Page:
Cultural Heritage Tours


Lower Dixwell Tour

Lyric Theater

158 Dixwell Avenue


Lyric Theater c. 1925 (one-story building with vertical sign under Uneeda Biscuit sign). Courtesy Colin M. Caplan/United Advertising Corp.

Louis Luippold was the proprietor of the Lyric Theater at No. 158 Dixwell Avenue. Luippold was born in Germany in 1868 and came to the United States in 1892. In 1913 he purchased the Lyric Theater with B.G. Salvini, whom he bought out in 1917. Soon after that, the theater was acquired by Selig Fishman, an ironworker from Kishinev in Russia. There is a story that he was given the deed as remuneration for ironwork he did at the theater with his brother Abraham. They took over the mortgage and found themselves in the entertainment business. A flu epidemic had swept the world in 1917-18 and people had been afraid to go to movie theaters where germs could be spread easily. After the epidemic ended, people returned to movie theaters in droves and never stopped coming.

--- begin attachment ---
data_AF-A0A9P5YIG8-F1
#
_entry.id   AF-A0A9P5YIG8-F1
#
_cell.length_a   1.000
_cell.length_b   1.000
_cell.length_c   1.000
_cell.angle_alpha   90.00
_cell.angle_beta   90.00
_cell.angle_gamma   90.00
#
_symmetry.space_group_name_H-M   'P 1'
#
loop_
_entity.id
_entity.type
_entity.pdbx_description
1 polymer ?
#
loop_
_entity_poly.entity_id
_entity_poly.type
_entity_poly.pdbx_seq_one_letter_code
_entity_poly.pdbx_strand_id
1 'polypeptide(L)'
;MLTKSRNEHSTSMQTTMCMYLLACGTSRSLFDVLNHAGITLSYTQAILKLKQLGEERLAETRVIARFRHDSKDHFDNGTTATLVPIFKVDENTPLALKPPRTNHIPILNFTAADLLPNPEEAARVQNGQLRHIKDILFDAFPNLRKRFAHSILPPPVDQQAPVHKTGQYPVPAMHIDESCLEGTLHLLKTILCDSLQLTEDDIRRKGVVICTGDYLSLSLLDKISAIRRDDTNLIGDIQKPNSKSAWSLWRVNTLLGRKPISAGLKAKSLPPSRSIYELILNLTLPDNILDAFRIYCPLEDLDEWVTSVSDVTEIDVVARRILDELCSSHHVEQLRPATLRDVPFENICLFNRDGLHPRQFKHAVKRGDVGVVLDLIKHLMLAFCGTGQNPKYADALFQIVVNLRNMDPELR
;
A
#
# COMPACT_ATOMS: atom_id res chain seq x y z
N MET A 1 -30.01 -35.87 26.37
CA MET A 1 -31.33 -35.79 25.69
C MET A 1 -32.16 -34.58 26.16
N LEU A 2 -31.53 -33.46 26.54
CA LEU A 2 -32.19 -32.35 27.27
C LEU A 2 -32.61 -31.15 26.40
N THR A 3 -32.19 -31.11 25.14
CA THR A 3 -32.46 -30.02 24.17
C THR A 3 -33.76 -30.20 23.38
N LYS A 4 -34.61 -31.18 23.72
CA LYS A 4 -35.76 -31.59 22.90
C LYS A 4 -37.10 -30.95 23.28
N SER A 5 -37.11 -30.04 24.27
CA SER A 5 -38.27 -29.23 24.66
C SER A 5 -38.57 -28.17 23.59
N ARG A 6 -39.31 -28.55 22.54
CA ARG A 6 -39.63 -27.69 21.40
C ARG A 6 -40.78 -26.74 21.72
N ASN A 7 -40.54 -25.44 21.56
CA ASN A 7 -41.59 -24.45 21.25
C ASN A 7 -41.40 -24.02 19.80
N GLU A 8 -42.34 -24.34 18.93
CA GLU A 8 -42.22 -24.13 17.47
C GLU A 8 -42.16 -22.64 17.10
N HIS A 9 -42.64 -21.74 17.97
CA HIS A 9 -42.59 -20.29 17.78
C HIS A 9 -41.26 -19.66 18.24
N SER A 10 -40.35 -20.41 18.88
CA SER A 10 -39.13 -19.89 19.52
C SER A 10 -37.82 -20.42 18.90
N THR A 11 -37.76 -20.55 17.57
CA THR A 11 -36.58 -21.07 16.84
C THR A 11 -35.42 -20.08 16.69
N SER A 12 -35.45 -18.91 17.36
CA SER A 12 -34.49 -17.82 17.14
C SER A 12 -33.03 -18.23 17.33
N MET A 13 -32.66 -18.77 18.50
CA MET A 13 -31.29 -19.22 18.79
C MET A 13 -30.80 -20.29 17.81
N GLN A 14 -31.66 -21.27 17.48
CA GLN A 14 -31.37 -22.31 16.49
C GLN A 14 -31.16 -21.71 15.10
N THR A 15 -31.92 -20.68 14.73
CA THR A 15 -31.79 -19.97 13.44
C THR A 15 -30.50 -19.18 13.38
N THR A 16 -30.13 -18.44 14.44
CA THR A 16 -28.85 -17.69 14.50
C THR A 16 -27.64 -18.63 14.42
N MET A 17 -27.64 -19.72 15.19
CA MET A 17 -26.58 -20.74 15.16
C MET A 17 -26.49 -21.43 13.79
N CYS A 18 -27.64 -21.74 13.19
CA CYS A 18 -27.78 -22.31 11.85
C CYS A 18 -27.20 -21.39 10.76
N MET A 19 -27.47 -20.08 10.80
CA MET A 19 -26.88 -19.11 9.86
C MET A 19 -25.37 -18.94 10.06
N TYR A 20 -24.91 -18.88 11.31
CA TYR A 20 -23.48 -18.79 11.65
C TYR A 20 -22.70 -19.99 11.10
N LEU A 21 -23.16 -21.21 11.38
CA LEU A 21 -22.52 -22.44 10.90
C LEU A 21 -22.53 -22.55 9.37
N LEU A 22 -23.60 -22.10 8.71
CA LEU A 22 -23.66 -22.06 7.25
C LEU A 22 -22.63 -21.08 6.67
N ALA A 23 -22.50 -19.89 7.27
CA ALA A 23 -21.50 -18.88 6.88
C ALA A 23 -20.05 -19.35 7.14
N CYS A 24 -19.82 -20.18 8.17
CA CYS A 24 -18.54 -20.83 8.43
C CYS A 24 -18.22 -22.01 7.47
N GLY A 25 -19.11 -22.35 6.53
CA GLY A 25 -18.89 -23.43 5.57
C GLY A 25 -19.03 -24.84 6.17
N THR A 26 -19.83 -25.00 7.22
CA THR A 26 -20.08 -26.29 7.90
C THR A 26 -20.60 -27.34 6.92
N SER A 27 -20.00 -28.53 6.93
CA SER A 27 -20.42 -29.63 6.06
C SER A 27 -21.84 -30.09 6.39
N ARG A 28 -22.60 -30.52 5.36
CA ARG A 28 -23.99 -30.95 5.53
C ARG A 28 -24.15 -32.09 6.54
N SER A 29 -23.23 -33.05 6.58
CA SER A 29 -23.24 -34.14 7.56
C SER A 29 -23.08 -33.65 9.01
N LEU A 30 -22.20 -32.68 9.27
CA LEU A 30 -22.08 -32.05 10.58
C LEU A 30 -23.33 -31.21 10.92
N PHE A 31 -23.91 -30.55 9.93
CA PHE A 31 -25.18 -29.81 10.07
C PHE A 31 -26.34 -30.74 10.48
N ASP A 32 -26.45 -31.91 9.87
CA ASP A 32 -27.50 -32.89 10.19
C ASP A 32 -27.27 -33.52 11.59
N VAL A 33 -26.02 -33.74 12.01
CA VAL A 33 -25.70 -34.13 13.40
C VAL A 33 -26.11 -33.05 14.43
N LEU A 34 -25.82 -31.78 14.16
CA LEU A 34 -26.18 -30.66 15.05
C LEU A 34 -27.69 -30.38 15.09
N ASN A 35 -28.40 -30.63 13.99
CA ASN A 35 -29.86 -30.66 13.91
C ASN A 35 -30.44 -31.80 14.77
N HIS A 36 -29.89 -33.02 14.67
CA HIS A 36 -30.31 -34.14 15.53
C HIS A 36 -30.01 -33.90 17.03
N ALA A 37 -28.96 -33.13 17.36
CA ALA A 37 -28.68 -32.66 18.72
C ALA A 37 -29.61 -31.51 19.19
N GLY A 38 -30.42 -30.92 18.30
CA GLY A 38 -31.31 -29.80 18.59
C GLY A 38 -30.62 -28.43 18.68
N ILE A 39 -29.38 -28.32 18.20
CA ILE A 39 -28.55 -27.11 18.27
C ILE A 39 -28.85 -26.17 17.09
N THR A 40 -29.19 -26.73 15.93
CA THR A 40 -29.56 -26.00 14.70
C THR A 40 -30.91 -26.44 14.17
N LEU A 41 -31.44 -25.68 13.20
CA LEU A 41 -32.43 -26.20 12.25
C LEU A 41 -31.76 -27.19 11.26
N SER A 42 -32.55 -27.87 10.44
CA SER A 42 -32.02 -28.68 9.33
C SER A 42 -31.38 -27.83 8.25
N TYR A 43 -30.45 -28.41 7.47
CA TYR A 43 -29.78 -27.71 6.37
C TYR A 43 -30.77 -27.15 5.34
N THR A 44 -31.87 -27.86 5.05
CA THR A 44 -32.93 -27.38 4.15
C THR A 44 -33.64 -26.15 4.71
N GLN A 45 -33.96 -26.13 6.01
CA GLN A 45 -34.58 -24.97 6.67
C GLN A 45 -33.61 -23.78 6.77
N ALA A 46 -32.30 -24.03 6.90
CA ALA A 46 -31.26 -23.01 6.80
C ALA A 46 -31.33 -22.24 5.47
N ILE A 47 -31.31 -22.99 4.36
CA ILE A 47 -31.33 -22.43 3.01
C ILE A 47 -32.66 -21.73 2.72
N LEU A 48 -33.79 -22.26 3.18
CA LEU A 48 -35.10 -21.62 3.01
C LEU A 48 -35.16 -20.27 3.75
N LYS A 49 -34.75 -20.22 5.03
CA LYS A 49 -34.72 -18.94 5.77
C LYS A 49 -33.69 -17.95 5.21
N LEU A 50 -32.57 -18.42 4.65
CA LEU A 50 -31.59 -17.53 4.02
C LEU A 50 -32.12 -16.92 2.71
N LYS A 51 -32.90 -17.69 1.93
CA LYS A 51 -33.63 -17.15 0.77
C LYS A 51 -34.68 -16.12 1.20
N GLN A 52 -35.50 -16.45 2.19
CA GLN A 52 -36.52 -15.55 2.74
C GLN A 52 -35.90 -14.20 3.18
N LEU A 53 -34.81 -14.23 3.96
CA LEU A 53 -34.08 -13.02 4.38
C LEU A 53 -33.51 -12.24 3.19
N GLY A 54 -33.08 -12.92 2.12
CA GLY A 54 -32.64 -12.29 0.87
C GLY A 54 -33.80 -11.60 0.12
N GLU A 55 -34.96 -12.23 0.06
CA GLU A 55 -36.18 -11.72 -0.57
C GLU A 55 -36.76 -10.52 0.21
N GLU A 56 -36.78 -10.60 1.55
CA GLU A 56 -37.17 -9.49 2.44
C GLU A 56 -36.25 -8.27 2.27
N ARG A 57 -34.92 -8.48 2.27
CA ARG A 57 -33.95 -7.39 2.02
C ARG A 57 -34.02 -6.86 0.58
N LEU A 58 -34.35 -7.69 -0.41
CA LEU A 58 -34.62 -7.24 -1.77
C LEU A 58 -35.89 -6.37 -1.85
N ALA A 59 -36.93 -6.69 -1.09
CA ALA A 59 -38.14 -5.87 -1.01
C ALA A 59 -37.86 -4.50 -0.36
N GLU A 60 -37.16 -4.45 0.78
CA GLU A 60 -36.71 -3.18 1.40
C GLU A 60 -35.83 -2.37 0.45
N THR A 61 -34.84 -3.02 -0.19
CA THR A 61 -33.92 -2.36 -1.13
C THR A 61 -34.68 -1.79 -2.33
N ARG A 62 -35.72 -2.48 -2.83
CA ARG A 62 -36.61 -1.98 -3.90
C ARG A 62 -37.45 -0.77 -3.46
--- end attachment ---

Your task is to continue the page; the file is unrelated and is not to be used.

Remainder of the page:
The Lyric was one of the leading “outlying” movie houses in New Haven in the early 20th century. It had a seating capacity of 460. Every afternoon the theater was sold out as neighborhood kids thronged to the Lyric, which was also known as the “Nicklet” because admission was only a nickel. During the 1920s, and continuing through the Depression and World War II, the neighborhood theater was an important element in New Haven society. The Fishman brothers saw this opportunity and bought and sold a total of ten movie houses over the years.

  • Text source courtesy Everitt Gleason Hill, A Modern History of New Haven and Eastern New Haven County, 1918, and Jewish Historical Society of Greater New Haven Archives (Fishman Family History).

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